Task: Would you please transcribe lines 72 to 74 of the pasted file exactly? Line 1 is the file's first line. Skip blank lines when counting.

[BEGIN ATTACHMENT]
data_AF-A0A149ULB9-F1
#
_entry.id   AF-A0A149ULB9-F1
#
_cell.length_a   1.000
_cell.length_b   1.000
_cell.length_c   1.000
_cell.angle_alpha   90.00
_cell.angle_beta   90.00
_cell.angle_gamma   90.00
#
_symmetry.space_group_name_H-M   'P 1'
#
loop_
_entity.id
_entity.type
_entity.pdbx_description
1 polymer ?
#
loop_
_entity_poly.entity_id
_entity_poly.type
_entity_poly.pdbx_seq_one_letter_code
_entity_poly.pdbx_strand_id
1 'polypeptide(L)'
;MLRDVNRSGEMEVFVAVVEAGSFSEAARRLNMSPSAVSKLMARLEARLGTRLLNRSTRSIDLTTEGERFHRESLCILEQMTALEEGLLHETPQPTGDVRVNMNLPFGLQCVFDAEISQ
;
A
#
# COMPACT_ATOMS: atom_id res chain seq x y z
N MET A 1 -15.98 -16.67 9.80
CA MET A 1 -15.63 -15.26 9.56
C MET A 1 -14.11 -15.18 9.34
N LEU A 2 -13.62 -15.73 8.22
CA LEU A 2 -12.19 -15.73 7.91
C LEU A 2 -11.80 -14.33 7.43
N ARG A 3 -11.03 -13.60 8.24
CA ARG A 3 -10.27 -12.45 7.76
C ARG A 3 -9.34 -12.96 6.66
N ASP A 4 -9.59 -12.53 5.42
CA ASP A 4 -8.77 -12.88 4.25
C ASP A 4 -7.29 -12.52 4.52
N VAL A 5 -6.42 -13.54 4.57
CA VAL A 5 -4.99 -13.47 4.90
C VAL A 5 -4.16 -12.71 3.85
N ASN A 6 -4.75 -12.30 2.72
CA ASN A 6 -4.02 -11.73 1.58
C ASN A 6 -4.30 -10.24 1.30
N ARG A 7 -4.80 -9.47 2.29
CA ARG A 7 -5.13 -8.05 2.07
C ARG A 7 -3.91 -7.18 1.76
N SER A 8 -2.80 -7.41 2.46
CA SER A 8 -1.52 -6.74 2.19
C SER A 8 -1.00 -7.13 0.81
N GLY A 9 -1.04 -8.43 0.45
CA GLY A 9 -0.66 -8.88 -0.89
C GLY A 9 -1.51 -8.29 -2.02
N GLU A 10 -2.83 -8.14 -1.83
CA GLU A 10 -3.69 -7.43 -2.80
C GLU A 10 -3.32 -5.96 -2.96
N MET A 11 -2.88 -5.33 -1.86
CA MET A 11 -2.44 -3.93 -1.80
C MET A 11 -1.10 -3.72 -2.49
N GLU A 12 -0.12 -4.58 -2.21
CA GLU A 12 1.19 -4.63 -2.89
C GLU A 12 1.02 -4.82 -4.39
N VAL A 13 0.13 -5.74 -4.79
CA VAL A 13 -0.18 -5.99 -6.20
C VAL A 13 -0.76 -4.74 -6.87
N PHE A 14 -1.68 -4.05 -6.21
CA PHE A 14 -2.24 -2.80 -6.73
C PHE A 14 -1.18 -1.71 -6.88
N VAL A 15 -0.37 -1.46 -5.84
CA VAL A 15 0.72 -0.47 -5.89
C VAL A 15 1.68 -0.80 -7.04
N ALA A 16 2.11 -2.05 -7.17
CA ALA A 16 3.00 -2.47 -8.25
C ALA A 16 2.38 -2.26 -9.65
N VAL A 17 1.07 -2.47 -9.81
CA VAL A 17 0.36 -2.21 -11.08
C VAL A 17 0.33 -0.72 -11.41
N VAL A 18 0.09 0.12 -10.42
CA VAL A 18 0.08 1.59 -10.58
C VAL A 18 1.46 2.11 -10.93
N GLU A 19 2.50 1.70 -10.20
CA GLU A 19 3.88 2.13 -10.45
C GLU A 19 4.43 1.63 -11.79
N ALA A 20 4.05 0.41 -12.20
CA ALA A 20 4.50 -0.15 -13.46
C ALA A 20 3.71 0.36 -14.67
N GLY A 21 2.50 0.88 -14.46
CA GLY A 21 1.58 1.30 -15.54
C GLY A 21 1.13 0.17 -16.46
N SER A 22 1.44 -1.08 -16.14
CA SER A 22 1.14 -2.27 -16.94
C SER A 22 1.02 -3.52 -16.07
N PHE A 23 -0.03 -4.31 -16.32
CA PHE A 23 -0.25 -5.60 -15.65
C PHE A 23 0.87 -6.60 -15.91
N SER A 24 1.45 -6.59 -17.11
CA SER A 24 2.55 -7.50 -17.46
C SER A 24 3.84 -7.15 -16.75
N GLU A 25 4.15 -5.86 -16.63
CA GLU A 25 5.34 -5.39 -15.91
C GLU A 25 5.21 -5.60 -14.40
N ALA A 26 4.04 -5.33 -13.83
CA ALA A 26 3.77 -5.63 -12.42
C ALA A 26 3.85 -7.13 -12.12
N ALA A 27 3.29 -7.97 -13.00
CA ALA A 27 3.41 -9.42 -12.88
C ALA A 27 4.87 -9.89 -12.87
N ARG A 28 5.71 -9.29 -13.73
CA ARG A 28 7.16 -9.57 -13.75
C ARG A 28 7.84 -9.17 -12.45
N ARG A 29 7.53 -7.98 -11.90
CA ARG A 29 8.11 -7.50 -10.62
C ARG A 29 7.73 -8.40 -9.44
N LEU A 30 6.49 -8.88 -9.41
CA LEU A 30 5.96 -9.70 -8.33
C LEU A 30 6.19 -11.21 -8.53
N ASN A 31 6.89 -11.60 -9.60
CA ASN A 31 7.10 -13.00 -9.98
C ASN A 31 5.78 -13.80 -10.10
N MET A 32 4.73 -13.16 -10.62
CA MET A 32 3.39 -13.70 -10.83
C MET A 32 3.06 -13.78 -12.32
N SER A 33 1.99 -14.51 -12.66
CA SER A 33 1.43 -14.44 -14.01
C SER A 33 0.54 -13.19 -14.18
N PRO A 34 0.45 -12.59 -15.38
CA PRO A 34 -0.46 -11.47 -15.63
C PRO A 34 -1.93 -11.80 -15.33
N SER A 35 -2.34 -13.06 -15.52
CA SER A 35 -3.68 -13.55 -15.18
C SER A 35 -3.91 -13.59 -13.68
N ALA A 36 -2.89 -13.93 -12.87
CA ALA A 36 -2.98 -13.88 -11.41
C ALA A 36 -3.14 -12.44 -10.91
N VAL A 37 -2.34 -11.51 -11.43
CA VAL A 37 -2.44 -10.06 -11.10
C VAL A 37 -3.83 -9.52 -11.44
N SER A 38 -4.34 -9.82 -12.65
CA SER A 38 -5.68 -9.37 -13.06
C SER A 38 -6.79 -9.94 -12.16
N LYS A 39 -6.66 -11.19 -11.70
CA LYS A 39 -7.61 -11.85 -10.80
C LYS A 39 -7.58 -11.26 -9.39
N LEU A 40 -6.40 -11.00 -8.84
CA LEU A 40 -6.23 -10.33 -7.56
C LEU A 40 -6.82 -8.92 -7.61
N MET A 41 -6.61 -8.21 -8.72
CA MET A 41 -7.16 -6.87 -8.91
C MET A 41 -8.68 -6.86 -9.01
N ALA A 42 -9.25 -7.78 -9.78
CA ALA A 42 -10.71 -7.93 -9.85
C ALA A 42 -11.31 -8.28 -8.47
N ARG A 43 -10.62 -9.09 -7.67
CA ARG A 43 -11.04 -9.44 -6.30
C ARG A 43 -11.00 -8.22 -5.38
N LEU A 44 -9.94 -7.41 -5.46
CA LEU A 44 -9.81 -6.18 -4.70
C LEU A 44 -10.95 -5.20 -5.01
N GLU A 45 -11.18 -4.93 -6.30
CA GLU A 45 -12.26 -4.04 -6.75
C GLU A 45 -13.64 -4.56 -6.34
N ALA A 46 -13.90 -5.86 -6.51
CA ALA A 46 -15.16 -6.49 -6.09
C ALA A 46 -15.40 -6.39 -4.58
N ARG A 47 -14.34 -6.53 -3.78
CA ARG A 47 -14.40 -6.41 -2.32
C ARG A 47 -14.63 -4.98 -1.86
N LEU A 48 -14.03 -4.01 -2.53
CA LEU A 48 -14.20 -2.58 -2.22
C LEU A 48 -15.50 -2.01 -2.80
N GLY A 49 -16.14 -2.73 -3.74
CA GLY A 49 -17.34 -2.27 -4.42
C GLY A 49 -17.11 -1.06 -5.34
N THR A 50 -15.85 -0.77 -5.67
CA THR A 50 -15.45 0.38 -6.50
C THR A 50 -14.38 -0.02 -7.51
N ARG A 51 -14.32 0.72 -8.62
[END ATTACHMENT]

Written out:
C PHE A 14 -1.18 -1.71 -6.88
N VAL A 15 -0.37 -1.46 -5.84
CA VAL A 15 0.72 -0.47 -5.89